My in-laws have never been on board with my FaceTime video call obsession, and this past weekend I was especially grateful for their preference for the good old-fashioned phone call as I walked all throughout my house tidying things up and getting the whole place looking nice while chatting away with them the whole time.
It feels good to multi-task in that way when your eyes aren’t involved – it’s the same reason listening to podcasts while on the go feels do-able whereas watching your favorite TV show while multi-tasking doesn’t.

7. Audit the ergonomics of your setup.

A few weeks back we hosted an online panel about working from home without losing your work-life balance and one recurring take-away from our experts was this: create a designated, focused space in your house for work.
No working from bed or the couch! Whether it’s at the kitchen table or in the corner of your living room, we all need space that’s solely devoted to work in order to feel like we can get things done. Now is a good time to double check on the ergonomics of your setup.
Are you constantly hunched over your laptop? Can you connect to a bigger monitor? Are you squinting to see a screen with too much light pouring in from behind it? Make sure your eyes are level with your screen whenever possible (propping your monitor atop a stack of books can help) and that you can sit comfortably at your desk with your feet on the ground and hands on your keyboard without straining.

8. Give your eyes a break.

No matter how stellar your home office setup, everyone’s eyes need a break from all that screen time. Between meetings, get up and get out if possible.
As I write this, I’m currently looking out my window at a spring snowstorm here in Denver, so heading outside doesn’t feel like the best reprieve, but my eyes are begging for it anyway!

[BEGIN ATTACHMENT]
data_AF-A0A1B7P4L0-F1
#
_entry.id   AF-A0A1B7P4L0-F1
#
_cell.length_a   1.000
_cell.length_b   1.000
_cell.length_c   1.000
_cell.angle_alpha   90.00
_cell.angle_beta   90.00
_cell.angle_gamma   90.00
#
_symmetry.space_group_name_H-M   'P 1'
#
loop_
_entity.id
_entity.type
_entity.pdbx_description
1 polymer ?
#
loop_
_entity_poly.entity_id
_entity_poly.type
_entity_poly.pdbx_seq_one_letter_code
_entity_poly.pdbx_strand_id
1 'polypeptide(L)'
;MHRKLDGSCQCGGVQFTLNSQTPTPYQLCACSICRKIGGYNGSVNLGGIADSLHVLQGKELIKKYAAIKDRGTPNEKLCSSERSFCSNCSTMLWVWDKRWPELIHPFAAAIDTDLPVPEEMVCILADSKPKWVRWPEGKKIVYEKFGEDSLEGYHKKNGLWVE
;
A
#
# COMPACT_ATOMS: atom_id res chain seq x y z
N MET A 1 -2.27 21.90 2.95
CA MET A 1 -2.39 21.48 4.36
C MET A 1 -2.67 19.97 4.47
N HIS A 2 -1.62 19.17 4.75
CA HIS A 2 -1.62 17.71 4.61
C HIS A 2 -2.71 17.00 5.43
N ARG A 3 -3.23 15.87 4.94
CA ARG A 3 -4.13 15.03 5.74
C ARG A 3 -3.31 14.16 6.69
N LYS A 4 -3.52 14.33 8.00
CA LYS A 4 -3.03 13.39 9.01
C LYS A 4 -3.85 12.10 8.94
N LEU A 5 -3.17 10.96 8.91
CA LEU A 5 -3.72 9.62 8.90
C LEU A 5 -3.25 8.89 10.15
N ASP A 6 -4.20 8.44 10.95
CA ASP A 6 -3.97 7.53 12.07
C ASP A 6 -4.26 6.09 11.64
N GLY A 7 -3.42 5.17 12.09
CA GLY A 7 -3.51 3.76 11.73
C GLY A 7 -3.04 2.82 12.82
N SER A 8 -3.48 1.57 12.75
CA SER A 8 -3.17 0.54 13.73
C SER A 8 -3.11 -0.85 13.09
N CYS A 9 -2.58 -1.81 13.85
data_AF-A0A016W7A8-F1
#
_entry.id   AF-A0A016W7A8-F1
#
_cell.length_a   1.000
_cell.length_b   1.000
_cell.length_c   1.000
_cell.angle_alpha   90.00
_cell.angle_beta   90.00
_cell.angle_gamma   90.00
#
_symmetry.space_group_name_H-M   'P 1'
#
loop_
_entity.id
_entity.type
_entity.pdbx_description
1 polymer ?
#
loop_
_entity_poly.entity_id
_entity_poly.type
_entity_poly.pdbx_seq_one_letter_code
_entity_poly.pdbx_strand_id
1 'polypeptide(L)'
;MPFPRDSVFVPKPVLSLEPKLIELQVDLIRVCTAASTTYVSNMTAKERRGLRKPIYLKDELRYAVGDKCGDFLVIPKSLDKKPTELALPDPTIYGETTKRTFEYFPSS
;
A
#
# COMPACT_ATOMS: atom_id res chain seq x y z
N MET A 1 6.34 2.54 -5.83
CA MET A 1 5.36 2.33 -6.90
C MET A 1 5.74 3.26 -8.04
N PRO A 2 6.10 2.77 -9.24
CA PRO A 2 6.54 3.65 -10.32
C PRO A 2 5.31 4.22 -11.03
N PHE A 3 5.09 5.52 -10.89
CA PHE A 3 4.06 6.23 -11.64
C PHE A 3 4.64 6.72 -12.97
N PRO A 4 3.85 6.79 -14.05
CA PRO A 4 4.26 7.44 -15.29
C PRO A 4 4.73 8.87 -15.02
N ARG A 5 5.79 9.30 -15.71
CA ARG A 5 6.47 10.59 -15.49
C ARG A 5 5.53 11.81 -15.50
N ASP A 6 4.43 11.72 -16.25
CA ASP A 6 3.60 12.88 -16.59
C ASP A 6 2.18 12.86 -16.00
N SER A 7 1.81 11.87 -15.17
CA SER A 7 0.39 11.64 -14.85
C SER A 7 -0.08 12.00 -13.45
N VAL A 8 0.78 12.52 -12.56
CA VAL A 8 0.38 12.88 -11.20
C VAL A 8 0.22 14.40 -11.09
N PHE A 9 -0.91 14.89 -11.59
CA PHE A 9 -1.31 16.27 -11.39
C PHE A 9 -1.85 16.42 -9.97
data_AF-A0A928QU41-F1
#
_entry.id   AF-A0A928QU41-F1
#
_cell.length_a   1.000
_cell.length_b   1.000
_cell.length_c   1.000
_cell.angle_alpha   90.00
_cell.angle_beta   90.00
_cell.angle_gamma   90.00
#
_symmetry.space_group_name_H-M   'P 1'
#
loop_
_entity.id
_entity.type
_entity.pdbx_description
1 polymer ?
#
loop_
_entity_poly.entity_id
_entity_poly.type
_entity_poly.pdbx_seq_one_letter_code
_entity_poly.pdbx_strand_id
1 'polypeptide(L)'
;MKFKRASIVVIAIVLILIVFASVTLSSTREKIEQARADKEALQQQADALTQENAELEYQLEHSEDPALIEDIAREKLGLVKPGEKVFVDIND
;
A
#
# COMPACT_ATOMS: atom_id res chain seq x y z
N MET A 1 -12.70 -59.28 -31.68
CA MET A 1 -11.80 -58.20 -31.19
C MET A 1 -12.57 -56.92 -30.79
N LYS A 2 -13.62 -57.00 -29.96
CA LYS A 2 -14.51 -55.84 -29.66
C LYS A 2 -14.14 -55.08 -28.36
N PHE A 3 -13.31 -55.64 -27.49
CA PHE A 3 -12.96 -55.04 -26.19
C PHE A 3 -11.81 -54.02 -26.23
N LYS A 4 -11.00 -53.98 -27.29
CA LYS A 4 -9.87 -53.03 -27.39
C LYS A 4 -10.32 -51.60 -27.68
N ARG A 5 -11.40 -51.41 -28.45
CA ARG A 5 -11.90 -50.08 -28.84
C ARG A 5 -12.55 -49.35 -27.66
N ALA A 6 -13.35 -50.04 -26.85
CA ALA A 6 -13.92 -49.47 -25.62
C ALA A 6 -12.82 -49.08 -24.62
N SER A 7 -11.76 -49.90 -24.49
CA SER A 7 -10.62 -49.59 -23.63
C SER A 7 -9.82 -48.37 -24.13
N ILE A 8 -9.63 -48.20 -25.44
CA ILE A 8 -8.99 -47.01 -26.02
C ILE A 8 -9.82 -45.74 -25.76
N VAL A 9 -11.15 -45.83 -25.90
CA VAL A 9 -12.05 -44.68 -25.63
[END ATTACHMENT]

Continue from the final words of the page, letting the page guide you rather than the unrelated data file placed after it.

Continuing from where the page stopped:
Look out at a distance and feel how your eyes immediately adjust. Looking at screens for too long means our eyes never get that break from focusing on our near vision field, and giving them some variability on that front is especially important.
Doctors recommend a full 10-to-15 minute break from screen time for every two hours of work. I’ve personally also found that blue-light blocking glasses (which I was recently gifted by our podcast sponsor, Warby Parker) help relieve eye strain as well.

9. Provide “office hours” as a manager.

Part of the reason I think so many managers in particular find themselves pulled into near-constant video meetings is because we’re used to being more readily available to our staff, who may be used to more hands-on, minute-by-minute support and oversight. When working virtually, new boundaries are needed to keep us all sane.
One great strategy that emerged from our panel on best practices for managing remote teams was this: make yourself available for designated office hours in the morning, midday, and towards the end of each day. That way if one of your direct reports is stuck and in need of your support, they don’t need to schedule a specific 1-on-1 meeting with you to move forward – they know they can always pop into your next upcoming office hours session.

10. Take the weekend off

This past weekend was the first time in as long as I can remember that I didn’t have my phone on me for the majority of the weekend. Don’t get me wrong, I love Instagram, TikTok, and texting as much as anyone, but there was something that made me feel like I needed some distance from my mobile device for a change.
And I realize now what it was: I was feeling a need for digital introversion. I just couldn’t handle the logistics of setting a time for another long-distance friend catch-up or a family Zoom call. I don’t even think I got out of my pajamas until midday Saturday!
If you find yourself similarly in need of some recharge time, avoid scheduling virtual hangouts for the weekend ahead. Give yourself that time to be totally unstructured about how you spend your day.
Curl up with a good book. Start a garden. Try out a new recipe. Pick up that instrument that’s been gathering dust. Do something with your hands to keep you engaged with reality as you take a time out from virtual reality for a day.
This article was originally published on Ladders.